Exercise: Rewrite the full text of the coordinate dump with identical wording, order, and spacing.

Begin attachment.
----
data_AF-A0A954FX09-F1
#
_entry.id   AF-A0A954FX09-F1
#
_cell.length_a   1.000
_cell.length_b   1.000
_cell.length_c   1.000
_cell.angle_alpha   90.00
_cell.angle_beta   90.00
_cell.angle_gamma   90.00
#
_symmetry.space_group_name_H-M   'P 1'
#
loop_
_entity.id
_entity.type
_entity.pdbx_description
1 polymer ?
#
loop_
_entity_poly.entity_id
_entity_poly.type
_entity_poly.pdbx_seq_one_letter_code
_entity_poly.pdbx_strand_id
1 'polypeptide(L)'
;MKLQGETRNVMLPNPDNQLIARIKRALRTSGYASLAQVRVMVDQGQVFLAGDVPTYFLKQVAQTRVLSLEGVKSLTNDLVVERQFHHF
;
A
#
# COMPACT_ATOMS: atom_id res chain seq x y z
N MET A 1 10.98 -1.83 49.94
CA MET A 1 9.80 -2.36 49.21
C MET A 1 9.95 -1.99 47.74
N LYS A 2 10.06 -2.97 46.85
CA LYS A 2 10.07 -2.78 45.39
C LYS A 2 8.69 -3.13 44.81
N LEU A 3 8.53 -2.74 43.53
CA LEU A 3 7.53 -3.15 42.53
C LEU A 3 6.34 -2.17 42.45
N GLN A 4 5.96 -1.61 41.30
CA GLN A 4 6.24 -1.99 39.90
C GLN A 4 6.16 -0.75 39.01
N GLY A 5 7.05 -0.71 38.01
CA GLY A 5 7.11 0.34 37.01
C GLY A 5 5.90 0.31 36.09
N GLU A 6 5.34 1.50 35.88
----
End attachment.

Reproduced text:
data_AF-A0A954FX09-F1
#
_entry.id   AF-A0A954FX09-F1
#
_cell.length_a   1.000
_cell.length_b   1.000
_cell.length_c   1.000
_cell.angle_alpha   90.00
_cell.angle_beta   90.00
_cell.angle_gamma   90.00
#
_symmetry.space_group_name_H-M   'P 1'
#
loop_
_entity.id
_entity.type
_entity.pdbx_description
1 polymer ?
#
loop_
_entity_poly.entity_id
_entity_poly.type
_entity_poly.pdbx_seq_one_letter_code
_entity_poly.pdbx_strand_id
1 'polypeptide(L)'
;MKLQGETRNVMLPNPDNQLIARIKRALRTSGYASLAQVRVMVDQGQVFLAGDVPTYFLKQVAQTRVLSLEGVKSLTNDLVVERQFHHF
;
A
#
# COMPACT_ATOMS: atom_id res chain seq x y z
N MET A 1 10.98 -1.83 49.94
CA MET A 1 9.80 -2.36 49.21
C MET A 1 9.95 -1.99 47.74
N LYS A 2 10.06 -2.97 46.85
CA LYS A 2 10.07 -2.78 45.39
C LYS A 2 8.69 -3.13 44.81
N LEU A 3 8.53 -2.74 43.53
CA LEU A 3 7.53 -3.15 42.53
C LEU A 3 6.34 -2.17 42.45
N GLN A 4 5.96 -1.61 41.30
CA GLN A 4 6.24 -1.99 39.90
C GLN A 4 6.16 -0.75 39.01
N GLY A 5 7.05 -0.71 38.01
CA GLY A 5 7.11 0.34 37.01
C GLY A 5 5.90 0.31 36.09
N GLU A 6 5.34 1.50 35.88